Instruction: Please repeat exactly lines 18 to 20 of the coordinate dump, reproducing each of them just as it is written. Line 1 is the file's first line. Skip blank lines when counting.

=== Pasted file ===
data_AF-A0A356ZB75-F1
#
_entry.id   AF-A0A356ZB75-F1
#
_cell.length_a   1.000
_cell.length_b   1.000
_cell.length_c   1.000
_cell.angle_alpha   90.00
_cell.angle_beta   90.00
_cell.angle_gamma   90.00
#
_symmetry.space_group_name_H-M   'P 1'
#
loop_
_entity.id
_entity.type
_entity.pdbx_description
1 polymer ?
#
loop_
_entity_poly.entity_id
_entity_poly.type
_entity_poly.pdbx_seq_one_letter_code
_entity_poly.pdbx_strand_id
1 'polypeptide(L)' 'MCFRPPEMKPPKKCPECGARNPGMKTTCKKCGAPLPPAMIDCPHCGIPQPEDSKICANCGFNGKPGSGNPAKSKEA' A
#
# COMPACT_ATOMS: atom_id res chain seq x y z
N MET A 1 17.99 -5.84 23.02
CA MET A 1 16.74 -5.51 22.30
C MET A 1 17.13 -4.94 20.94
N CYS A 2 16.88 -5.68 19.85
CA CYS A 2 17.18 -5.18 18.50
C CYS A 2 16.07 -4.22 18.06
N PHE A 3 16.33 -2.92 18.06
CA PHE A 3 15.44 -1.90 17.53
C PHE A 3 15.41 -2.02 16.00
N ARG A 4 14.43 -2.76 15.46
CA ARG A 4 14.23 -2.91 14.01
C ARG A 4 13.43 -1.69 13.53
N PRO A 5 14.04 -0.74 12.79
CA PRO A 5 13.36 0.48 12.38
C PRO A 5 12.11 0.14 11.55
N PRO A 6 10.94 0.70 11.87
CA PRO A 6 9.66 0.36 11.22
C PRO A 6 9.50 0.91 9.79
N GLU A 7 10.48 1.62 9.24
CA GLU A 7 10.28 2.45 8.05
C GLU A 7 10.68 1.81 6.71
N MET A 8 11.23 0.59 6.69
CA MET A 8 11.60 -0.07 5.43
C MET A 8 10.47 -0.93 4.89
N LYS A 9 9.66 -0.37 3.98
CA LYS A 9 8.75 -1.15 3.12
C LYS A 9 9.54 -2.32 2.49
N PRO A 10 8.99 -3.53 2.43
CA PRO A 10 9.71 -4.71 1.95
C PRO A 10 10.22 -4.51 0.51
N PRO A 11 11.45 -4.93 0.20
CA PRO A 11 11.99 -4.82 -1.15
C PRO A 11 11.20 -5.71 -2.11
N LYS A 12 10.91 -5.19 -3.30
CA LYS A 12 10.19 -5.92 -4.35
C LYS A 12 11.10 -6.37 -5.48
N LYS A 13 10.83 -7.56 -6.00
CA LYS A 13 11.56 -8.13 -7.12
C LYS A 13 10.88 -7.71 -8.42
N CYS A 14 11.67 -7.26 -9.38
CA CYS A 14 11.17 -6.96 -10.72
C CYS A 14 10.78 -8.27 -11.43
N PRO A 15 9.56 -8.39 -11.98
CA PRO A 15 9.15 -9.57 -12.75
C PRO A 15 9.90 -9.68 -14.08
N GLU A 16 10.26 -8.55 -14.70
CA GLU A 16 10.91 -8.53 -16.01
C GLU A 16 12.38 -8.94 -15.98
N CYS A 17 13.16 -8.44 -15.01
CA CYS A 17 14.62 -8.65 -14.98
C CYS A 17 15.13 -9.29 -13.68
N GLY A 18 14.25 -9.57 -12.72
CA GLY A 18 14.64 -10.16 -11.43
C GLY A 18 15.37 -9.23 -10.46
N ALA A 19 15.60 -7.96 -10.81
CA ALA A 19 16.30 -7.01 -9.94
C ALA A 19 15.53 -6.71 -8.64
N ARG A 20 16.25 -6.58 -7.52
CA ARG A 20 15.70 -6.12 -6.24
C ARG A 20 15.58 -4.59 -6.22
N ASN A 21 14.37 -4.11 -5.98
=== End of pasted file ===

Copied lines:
1 polymer ?
#
loop_